Counting Coins: Municipal Credit Union Finds Automation Adds Up in Cash
NEW YORK -- While her credit union's new change counting machines might not be decorated with dancing pennies, they do the job well, and they provide a return on investment that can't be measured in cash.
"Our members love them, and it doesn't get any better than that," Carole Porter, senior vice president of retail banking operations, said of the new QuickChange machines that Municipal Credit Union has deployed at some of its branches around the Big Apple.
The machines come from De La Rue, the vendor of coin-counting and cash-dispensing machines that first sold some of its new bill-dispensing equipment to the $1.4 billion credit union.
Those Benchmark Series 7 machines, which sit between tellers or near member service representatives in the 13-branch credit union's express offices, make possible another hard-to-measure member service benefit--maintaining eye contact with the member at the window.
"The tellers can look at the member instead of look down to count cash," Porter said. "That's something we value...the interpersonal transaction we want our members to have with us when they come here."
"We also want the lines to move. We have a lot of city and state workers and health care professionals as members and the lines can get very long. Having the cash dispensed automatically and accurately makes for a better experience for our members and for our employees," Porter said.
De La Rue, a London-based firm with 6,000 employees in 31 countries, is well aware of both the psychological and financial ramifications of such service, said Joe Gnorski, director of marketing with the company's U.S. operations.
He said consumers typically think of coins as change in a drawer, found money, and are pleasantly surprised how much is there when they cash it in at a self-service coin machine. (The average such transaction is for about $117, Gnorski said.)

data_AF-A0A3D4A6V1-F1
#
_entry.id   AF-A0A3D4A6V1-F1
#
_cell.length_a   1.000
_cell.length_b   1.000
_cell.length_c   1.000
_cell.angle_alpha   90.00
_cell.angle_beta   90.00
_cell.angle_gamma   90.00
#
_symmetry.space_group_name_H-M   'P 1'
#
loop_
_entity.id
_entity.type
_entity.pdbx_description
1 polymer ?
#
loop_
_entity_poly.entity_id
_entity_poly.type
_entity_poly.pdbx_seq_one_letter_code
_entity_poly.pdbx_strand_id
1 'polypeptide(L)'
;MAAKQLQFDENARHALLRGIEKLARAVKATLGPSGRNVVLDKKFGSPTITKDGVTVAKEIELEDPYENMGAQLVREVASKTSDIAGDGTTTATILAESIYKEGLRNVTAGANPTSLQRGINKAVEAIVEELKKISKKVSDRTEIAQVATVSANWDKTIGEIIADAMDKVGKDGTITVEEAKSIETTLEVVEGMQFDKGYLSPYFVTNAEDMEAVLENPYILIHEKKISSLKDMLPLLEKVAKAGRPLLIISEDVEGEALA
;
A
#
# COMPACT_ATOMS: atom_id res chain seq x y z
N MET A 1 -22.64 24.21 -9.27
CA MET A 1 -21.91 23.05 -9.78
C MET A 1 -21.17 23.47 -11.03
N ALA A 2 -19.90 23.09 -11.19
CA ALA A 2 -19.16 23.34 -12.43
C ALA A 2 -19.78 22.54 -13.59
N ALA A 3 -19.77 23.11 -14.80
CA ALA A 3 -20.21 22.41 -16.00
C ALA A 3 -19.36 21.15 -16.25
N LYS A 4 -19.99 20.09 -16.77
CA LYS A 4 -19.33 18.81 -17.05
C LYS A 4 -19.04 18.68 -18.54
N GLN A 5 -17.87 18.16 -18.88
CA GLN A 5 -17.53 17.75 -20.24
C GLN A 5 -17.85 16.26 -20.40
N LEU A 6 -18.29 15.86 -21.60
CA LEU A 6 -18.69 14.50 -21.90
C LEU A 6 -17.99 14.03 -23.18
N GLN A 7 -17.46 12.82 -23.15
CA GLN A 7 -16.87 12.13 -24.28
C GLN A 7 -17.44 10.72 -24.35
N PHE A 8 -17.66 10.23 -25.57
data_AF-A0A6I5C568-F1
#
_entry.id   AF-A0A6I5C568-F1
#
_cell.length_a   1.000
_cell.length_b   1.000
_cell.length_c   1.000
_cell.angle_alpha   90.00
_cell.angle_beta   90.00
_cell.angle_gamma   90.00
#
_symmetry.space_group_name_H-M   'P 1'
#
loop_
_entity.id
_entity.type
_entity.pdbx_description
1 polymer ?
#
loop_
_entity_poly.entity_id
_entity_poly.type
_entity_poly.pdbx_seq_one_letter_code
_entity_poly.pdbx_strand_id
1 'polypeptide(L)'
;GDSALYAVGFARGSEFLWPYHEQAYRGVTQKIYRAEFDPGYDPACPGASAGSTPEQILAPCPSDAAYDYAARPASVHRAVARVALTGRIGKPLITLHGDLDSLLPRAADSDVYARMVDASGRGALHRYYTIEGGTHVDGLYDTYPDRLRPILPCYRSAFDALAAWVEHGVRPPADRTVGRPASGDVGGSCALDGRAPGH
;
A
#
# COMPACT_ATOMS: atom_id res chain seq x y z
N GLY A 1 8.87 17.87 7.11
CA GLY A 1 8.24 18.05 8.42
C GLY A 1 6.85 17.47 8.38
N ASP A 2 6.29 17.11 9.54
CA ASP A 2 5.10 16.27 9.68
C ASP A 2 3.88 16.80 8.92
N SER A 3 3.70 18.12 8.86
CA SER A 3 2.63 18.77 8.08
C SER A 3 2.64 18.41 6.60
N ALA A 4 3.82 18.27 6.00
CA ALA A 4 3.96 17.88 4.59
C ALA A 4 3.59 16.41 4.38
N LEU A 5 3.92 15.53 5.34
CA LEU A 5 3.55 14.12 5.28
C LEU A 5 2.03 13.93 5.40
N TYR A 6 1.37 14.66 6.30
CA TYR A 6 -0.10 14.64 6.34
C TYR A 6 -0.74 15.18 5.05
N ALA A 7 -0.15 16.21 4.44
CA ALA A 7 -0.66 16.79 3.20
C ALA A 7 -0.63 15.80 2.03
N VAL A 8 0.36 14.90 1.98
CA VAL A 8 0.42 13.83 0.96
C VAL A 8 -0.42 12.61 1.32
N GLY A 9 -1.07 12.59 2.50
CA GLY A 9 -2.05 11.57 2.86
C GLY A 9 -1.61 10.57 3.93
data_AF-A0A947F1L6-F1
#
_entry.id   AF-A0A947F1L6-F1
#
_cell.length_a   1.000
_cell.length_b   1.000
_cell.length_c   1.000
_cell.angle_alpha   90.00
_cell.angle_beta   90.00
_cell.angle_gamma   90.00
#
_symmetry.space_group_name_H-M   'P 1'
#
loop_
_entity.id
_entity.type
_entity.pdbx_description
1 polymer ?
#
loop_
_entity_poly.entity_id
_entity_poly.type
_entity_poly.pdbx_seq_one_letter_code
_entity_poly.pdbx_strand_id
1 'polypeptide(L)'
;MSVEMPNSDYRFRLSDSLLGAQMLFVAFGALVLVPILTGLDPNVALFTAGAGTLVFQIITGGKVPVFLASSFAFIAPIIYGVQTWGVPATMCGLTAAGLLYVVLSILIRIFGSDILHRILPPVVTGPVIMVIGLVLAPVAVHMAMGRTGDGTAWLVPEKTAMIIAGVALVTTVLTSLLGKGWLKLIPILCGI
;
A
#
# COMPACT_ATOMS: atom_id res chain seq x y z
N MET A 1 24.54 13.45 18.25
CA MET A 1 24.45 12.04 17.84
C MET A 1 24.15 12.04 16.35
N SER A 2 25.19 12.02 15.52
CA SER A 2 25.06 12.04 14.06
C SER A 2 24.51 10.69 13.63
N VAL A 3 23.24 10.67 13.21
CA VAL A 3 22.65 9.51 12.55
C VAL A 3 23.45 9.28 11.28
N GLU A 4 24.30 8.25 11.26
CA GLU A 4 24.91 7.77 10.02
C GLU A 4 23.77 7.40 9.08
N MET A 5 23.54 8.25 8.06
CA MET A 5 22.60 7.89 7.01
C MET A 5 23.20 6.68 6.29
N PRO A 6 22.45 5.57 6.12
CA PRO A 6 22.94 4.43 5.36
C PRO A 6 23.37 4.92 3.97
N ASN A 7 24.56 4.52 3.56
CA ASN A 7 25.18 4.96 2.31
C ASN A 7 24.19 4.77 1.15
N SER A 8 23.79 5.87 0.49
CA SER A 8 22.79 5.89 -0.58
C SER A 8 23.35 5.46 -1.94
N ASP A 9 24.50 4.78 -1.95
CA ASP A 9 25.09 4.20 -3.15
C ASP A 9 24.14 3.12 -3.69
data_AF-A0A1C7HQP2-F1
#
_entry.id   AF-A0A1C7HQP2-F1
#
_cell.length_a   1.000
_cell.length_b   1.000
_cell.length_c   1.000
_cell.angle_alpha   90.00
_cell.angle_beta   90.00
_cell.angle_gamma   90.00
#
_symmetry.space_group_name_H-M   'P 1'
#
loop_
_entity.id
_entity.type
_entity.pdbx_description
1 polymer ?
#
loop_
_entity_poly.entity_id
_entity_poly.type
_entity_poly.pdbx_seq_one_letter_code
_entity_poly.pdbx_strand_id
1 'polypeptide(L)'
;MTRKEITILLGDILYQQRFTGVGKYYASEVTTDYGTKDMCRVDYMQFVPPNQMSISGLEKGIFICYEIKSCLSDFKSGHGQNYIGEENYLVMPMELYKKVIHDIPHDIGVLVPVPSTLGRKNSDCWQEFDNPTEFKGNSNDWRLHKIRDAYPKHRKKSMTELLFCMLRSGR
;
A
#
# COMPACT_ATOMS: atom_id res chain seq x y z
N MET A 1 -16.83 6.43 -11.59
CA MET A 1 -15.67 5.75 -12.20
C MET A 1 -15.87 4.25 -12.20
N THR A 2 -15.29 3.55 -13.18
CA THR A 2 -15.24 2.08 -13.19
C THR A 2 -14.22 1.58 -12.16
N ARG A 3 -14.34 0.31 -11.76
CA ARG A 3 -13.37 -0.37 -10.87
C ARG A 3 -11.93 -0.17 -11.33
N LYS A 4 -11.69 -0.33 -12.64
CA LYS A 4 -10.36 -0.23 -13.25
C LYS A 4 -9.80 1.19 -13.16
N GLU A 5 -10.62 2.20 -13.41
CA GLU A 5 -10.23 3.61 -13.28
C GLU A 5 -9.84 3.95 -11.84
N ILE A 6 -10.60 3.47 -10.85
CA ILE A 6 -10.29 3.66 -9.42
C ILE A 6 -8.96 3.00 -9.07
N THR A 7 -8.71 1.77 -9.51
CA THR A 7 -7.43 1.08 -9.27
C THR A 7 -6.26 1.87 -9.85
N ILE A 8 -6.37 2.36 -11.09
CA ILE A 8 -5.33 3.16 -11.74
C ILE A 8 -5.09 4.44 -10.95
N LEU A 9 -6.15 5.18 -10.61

Having the counters in the branches and dispensing a receipt that the member takes to a window to cash in also creates the opportunity to convert that positive feeling into perhaps a new account or service, or at least a fresh deposit.
"It's a somewhat psychologically positive experience, and you want it to be associated with your institution," Gnorski said. "And while we don't have the bright green dancing penny on it, they are designed to be easy enough to use for a 7- or 8-year-old and are ADA compliant and look like they belong in a bank or credit union setting."
The penny reference, of course, is to the ubiquitous Coinstar machines stationed in grocery stores that charge 8% or more for counting the change. "Banks and credit unions are looking for something else in that transaction, not so much the money they make on it," Gnorski said. "They're looking to create an interaction with the consumer that can turn into something else."
Their value as a marketing tool has helped De La Rue sell more than 1,500 of the QuickChange machines since their introduction in 2005. A more mature product line, more than 24,000 of its cash dispenses are now in use, including basic cash counters and dispensers and more sophisticated cash recyclers. The company has about 1,600 financial institution clients, more than 600 of them credit unions.
The machines help crucial front-line staff by "effectively automating the transaction part of the interaction so they can concentrate on the members," Gnorski said.
"Now credit unions can hire people like they do at Build-a-Bear and American Girl doll stores and Starbucks," he said.
"These are places that have built a business on how you work with the customer. It allows them to do all kinds of things to improve the experience with the customer and the member that you can't do when you're dealing with handling cash and all the security and counting that goes with it."